San Gaspar
San Gaspar

In 1614, Inés Soto was granted a licence for a cane plantation on the lands of the hacienda. In 1740, José de Palacio acquired it and set up the plant, which went on to become the most important in the industry during the 18th century. Later, the lands of Santa Rosa Asesentla were added to San Gaspar, the former having an important water concession. In 1786, the owner of the hacienda was Esteban de la Riba Palacios, who rented the hacienda to Tomás González de la Huerta for seven years. In 1845 the hacienda was managed by Francisco Obregón, who is said to have been grandfather of General Álvaro Obregón and also, through an illegitimate son he had with an Indian woman, of the feared General Genovevo de la O, an important lieutenant of Zapata and state governor during the Revolution. Ramón Portillo y Gómez, who owned the El Puente hacienda, became owner of San Gaspar for a short time, after which it passed to the Béistegui Company. Now integrated with Chiconcuac, Dolores and San Vicente group, it was then sold to the son-in-law of Benito Juárez, the rich Spaniard Delfín Sánchez. At this time, the milling process was concentrated at San Vicente, and San Gaspar was reduced to an annexe. On Sánchez’ death his daughter Isabel Sánchez Juárez inherited the property. In 1927 it was sold to General Francisco J. Serrano, who was assassinated on the Cuernavaca – México highway, an episode known as “The Huitzilac Tragedy”. After a time, the hacienda was remodelled by its new owner, Hugo Beckman, director of Teléfonos de México. It was sold, and acquired by a real estate company which built a golf course and residential area on the lands, leaving the main buildings semi-abandoned.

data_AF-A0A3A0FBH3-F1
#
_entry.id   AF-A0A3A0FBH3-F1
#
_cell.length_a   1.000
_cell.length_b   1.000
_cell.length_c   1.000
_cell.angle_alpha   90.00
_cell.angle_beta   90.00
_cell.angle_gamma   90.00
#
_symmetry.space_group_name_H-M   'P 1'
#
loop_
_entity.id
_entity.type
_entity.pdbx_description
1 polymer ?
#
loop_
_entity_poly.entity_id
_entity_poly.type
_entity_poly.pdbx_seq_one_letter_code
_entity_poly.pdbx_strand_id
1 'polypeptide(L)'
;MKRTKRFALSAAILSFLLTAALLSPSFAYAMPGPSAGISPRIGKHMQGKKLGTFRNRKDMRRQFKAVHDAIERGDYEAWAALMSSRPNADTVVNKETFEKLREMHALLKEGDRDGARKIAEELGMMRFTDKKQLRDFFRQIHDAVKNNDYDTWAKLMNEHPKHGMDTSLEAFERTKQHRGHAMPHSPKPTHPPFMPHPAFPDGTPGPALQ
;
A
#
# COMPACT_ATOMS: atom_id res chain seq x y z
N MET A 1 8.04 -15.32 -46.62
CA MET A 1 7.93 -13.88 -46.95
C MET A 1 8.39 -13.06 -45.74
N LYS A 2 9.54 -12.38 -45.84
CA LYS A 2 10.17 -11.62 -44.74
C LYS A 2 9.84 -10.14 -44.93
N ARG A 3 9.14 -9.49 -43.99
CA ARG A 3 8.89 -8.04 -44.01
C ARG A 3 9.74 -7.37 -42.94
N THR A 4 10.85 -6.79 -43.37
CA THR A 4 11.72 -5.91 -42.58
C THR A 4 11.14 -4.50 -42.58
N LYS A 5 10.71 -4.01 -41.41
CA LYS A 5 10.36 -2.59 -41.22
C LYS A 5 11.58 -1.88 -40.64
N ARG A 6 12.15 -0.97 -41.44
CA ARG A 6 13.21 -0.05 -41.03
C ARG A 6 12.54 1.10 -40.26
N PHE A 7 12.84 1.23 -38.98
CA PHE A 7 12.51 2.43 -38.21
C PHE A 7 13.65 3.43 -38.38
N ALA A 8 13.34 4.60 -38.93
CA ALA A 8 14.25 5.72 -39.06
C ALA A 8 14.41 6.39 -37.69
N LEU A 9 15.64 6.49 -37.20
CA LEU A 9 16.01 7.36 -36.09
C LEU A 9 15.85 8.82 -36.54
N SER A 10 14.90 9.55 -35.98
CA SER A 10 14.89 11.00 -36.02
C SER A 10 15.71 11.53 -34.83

On the outskirts of Cuernavaca, on the free highway to Cuautla. On reaching the Pedregal de las Fuentes residential zone, turn right (to the south), until reaching the village of Cliserio Alanís, on the outskirts of which stands the complex, below the San Gaspar residential area and golf club.

Residential area
Golf Course